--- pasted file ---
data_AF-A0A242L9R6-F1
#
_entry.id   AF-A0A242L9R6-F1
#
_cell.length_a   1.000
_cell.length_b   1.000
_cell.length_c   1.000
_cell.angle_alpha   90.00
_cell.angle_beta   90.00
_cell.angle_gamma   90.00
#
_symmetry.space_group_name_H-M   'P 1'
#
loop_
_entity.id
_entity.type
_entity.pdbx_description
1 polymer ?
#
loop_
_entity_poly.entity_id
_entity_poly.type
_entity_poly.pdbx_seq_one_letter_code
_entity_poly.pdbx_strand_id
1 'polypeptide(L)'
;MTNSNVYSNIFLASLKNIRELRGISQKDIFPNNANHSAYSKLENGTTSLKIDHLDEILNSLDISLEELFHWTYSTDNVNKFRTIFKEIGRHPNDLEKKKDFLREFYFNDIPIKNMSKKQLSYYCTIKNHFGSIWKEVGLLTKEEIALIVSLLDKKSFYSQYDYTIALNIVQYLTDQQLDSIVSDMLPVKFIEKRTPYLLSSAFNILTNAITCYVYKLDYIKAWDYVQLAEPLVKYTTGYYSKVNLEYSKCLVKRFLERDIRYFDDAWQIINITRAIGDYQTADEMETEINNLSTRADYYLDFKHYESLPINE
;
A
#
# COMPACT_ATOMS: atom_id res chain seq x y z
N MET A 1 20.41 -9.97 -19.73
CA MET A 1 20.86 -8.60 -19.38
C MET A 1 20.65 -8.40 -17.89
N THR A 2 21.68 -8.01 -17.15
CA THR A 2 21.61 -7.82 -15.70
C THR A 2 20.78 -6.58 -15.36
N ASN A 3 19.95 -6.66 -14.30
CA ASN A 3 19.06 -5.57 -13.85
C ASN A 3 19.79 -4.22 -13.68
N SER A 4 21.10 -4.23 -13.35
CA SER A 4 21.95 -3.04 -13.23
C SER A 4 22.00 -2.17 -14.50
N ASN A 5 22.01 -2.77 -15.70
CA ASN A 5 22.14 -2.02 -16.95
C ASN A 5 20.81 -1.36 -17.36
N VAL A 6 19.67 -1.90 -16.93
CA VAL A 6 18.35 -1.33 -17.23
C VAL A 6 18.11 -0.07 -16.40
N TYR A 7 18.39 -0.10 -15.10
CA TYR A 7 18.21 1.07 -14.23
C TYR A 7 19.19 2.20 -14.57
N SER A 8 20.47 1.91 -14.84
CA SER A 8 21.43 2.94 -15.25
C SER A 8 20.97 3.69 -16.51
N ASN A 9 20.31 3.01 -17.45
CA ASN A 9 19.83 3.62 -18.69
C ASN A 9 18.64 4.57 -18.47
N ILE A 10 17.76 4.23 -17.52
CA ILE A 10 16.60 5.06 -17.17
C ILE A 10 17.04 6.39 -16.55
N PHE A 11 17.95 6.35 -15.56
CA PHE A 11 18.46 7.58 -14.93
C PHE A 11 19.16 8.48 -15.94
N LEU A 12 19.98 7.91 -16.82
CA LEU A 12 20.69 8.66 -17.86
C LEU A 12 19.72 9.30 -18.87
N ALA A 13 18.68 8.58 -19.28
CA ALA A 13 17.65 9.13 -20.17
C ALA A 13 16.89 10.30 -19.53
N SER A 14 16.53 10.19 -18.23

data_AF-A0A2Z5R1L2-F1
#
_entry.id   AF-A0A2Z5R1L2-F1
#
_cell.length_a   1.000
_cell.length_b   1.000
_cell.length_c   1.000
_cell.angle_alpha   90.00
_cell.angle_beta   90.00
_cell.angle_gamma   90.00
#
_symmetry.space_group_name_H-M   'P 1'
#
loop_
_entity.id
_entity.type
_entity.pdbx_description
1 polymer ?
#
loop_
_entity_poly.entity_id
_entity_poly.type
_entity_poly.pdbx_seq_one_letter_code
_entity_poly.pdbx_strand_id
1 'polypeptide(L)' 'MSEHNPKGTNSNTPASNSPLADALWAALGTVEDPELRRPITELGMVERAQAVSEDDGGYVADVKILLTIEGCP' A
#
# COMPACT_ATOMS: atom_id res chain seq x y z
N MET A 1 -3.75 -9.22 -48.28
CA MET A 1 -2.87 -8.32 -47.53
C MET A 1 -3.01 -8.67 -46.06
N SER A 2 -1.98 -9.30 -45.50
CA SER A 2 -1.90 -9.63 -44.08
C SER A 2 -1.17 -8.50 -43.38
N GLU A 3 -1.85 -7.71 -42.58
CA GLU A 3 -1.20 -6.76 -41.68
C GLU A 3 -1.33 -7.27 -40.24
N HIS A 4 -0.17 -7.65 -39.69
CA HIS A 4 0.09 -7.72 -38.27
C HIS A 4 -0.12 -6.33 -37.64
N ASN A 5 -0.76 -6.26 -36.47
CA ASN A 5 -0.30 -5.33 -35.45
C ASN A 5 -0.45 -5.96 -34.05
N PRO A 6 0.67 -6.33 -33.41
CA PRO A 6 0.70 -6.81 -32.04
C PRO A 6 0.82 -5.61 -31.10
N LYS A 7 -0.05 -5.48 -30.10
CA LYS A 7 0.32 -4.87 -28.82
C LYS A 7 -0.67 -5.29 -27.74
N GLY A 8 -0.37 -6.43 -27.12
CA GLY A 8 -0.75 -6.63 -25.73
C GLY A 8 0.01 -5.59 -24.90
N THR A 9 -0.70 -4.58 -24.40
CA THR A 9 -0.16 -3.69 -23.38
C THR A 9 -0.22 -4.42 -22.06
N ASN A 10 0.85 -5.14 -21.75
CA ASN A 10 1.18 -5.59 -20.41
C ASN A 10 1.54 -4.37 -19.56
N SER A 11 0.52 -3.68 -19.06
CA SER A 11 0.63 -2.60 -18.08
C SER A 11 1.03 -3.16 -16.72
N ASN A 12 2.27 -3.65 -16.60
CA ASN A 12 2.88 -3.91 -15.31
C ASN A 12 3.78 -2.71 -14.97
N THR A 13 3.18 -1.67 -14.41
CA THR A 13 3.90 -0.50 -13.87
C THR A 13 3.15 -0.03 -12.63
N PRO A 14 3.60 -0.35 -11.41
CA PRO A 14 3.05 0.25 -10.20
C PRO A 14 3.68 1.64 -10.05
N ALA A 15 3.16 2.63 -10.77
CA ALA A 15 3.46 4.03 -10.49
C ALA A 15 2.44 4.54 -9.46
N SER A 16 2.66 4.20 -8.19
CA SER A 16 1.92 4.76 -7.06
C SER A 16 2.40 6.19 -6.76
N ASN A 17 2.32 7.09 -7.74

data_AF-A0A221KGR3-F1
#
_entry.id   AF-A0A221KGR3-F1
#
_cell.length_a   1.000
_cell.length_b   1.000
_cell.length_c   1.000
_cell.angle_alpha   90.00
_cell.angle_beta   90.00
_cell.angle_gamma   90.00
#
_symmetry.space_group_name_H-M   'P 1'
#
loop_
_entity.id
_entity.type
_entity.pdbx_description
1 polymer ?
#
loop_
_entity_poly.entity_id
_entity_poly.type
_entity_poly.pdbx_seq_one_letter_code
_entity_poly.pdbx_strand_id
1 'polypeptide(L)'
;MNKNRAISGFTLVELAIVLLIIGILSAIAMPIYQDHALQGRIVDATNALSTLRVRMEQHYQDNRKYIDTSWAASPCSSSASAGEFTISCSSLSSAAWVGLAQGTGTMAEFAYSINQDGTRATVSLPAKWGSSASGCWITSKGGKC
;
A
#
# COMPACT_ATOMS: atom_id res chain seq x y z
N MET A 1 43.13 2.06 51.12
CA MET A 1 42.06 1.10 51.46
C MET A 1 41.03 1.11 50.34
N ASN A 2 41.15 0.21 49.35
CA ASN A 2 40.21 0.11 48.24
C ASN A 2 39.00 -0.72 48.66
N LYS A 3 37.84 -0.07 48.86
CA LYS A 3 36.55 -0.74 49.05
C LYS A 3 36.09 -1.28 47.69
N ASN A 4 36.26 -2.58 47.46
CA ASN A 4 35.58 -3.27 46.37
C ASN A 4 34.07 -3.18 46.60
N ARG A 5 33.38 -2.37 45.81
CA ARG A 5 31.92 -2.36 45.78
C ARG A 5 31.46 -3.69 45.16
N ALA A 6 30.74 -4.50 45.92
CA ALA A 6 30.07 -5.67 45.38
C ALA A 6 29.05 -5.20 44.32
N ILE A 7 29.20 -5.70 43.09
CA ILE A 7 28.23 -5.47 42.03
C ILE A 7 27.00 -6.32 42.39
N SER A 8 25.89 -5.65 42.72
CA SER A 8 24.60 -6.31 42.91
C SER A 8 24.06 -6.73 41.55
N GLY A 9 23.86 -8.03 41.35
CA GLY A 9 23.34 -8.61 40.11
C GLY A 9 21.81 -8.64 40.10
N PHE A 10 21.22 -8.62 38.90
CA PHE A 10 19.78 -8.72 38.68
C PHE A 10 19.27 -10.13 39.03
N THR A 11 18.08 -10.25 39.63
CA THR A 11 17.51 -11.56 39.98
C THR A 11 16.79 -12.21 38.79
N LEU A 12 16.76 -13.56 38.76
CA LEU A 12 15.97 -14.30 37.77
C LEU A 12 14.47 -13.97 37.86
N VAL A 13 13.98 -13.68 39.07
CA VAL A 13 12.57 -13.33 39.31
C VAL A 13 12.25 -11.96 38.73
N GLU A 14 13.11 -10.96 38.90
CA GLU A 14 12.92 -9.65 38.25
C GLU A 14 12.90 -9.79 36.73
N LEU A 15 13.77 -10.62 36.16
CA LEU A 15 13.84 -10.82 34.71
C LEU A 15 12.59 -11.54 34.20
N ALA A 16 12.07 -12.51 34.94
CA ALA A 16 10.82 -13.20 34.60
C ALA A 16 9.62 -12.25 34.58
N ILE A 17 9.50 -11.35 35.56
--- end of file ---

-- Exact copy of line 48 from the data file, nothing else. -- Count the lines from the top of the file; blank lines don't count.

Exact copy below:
C VAL A 6 18.11 -0.07 -16.40